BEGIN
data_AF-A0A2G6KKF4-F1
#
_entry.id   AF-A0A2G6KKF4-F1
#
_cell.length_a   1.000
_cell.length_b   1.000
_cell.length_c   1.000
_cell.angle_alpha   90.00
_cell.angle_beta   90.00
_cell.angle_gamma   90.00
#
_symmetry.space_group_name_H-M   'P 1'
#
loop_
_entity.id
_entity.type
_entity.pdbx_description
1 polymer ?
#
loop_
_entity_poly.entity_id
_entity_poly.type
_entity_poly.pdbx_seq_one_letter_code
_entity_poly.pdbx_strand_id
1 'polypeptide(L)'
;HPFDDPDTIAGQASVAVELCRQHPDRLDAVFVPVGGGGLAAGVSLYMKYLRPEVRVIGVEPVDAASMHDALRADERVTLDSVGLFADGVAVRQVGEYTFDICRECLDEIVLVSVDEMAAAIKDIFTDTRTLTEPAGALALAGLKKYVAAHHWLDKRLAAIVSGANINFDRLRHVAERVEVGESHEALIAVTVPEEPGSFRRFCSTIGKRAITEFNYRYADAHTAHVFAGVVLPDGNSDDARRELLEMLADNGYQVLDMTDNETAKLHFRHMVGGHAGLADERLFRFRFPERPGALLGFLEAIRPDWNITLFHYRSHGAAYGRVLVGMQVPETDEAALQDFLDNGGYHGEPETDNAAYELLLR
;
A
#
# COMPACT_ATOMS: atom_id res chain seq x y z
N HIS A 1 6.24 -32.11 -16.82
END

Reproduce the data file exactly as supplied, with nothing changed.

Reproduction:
data_AF-A0A2G6KKF4-F1
#
_entry.id   AF-A0A2G6KKF4-F1
#
_cell.length_a   1.000
_cell.length_b   1.000
_cell.length_c   1.000
_cell.angle_alpha   90.00
_cell.angle_beta   90.00
_cell.angle_gamma   90.00
#
_symmetry.space_group_name_H-M   'P 1'
#
loop_
_entity.id
_entity.type
_entity.pdbx_description
1 polymer ?
#
loop_
_entity_poly.entity_id
_entity_poly.type
_entity_poly.pdbx_seq_one_letter_code
_entity_poly.pdbx_strand_id
1 'polypeptide(L)'
;HPFDDPDTIAGQASVAVELCRQHPDRLDAVFVPVGGGGLAAGVSLYMKYLRPEVRVIGVEPVDAASMHDALRADERVTLDSVGLFADGVAVRQVGEYTFDICRECLDEIVLVSVDEMAAAIKDIFTDTRTLTEPAGALALAGLKKYVAAHHWLDKRLAAIVSGANINFDRLRHVAERVEVGESHEALIAVTVPEEPGSFRRFCSTIGKRAITEFNYRYADAHTAHVFAGVVLPDGNSDDARRELLEMLADNGYQVLDMTDNETAKLHFRHMVGGHAGLADERLFRFRFPERPGALLGFLEAIRPDWNITLFHYRSHGAAYGRVLVGMQVPETDEAALQDFLDNGGYHGEPETDNAAYELLLR
;
A
#
# COMPACT_ATOMS: atom_id res chain seq x y z
N HIS A 1 6.24 -32.11 -16.82